As more police arrived on the scene, Limon attempted to stand up. Officers unfamiliar with the identity of Zepeda spotted him and assumed from a dispatch describing a man armed and wearing a grey sweatshirt that Limon was the suspect firing at officers. Fearing for their partners’ safety, they began firing at Limon and mortally wounded him.
As the officers fired at Limon, Zepeda, out of ammunition and badly wounded, stood up, raised his empty gun at officers, and assumed a firing stance. Officers subsequently shot and killed him.
Following the shooting, Oxnard Police Chief Jeri Williams requested investigative assistance from several agencies, including the DA’s office, the Ventura County Sheriff’s Department, and the U.S. Attorney General’s Office. An independent weapons tactics expert from Bellingham, Washington was also hired.
It was a lengthy and exhaustive investigation that Totten described as a “great search for truth,” a search he estimates may have cost between one-hundred to two-hundred thousand dollars. Assistant Sheriff Gary Pentis, who headed up his unit’s investigation, described the process. “We searched 10 different locations and did 150 interviews,” he said. “We undertook probably one of the most complicated officer involved shootings that I can recall in my career.”
After a year and a half, in which separate investigators sifted through reports, documents, interviews, diagrams, photographs, video recordings, radio transmissions, and on-site scene examinations, the DA’s office concluded that the shootings of Villa and Zepeda and the accidental shooting of Limon were justified within the parameters of California state law because the officers believed they were in danger and their responses were reasonable. Totten concluded that “officers acted in self defense of others and in direct response to the imminent threat to life posed by Zepeda.”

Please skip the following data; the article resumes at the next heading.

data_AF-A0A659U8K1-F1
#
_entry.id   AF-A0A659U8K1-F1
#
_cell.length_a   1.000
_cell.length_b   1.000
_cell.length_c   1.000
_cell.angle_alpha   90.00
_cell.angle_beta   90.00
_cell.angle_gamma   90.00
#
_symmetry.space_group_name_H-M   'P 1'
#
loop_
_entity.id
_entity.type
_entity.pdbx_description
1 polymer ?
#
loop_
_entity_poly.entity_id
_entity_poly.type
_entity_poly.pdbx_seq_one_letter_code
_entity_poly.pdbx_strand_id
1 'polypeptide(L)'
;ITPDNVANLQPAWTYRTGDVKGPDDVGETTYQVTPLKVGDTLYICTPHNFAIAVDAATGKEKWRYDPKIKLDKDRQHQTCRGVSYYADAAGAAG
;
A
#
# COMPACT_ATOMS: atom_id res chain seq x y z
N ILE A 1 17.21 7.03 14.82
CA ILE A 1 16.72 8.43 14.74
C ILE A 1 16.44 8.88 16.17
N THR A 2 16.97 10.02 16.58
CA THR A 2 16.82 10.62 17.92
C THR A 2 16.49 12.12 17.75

George Williams, the independent tactical weapons expert, also concluded in a 54-page report that based on what the officers believed about threats to their safety, the shootings of Zepeda, Villa, and Limon were justified. “Based upon my analysis of each officer’s deadly force decision-making,” Williams wrote, “it is my opinion that each acted in a reasonable manner expected of well-trained California peace officers.”
Now that the primary investigation has been completed, the DA has filed multiple felony charges against Hernandez and Villa, including conspiracy and weapons charges and charges for committing these offenses for the benefit and in association with a criminal street gang.
Chief Williams said that further investigation of the incident would continue by outside agencies and that the Oxnard Police Department will conduct its own “internal review where we will examine our policies, procedures, and training to determine if any changes are in order.”
Williams also announced that she will hold a separate press briefing with the Limon family at some point in the near future.